• I am actually single and a current body builder. No matter what I do. My firearm will unknowingly print and sometimes become exposed. It is in no way my effort to show my concealed firearm as being a firearm instructor in this great state it sometimes happens. Hell last night I removed my firearm from my vehicle as to make it safe , I caught a caring to the terror of the public charge. The children didn’t press charges the cop did. So what’s in his right to do so. I have seen him multiple times playing with his sidearm in his personal car while not on duty couldn’t that be considered the same

    • Since you can’t even use a simple word in its proper context, I call b.s. and therefore your argument doesn’t hold water.

      In NC open carry is lawful unless a business posts clearly a sign saying otherwise.

      I’m ex military as well (actual, not pretend) and i argue that few (none) criminals carry openly and frankly, your hoplophobic nightmare is my wet dream.

  12. The “old west” was not as that which is pictured in old movies or on television. I am constantly surprised that many people seem to think people were shot every day in Dodge…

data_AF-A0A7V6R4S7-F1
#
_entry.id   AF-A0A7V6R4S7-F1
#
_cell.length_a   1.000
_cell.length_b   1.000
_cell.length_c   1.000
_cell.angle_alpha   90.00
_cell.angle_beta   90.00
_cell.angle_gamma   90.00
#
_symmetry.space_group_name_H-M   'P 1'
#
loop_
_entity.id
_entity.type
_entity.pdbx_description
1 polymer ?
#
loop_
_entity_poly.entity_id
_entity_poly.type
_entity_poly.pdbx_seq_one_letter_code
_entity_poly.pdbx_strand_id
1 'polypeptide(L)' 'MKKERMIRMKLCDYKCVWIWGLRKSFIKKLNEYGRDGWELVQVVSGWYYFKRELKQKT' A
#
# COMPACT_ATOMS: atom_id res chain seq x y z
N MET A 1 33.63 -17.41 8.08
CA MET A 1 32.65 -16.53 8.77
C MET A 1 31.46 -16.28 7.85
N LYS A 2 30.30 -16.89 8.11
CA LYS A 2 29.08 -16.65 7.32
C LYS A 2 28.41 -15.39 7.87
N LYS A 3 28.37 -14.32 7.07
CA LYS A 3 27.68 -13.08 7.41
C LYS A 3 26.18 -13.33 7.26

• The point, which I am suprised you missed so completely, is this; When the average person is armed and most people carry guns, there are far fewer chances for people to become victims of criminals. Most criminals hesitate to rob or assault armed persons, knowing that they face death or injury should they choose to ignore the perils of the other person being able to defend themselves. Also, armed citizens can step in and shoot anyone who deserves it…while the unarmed citizen is helpless to assist or even save themselves. Not having a gun when really needed is far worse than having one and never needing never knows when the unexpected will happen, and we all know that we cannot rely on the cops to be everywhere or to stop armed thugs..most cops show up after a death or assault and fill out a report, and notify the victims families. Also, cop are under no legal requirement to step up and take action..and they normally will not do so unless their own safety is assured. Remember the Columbine massacxre? Cops waited for a SWAT team while the teens murdered over a dozen kids, because of the fear of the cops that they would be taking a risk by moving in. Before SWAT teams and ” officer safety ” being the norm, cops sucked up their fears and moved in, knowing that to do otherwise was seen as cowardice…after all, if they won’t, who will? Answer: The armed citizen, who no doubt feel far less constrained by the current attitude of most cops that ” going home at the end of a shift ‘ is far more important than whether innocent people lose their lives. It is not hard to imagine a cop cowering behind a car and radioing for help while the armed citizen moves in and at least trries to save a fellow citizen, and cops hate the thought of being shown up and embarrassed, so they fight tooth and nail to stop open carriers and to discourage CCW holders as well…someone has to be willing to step up, and if they won’t, who will? We will, thats who…as long as we have the guts to not only carry but use weapons when needed…wars do not get won in foxholes, and cops must either be willing to risk their lives at times..if they do not, they can expect us to do so.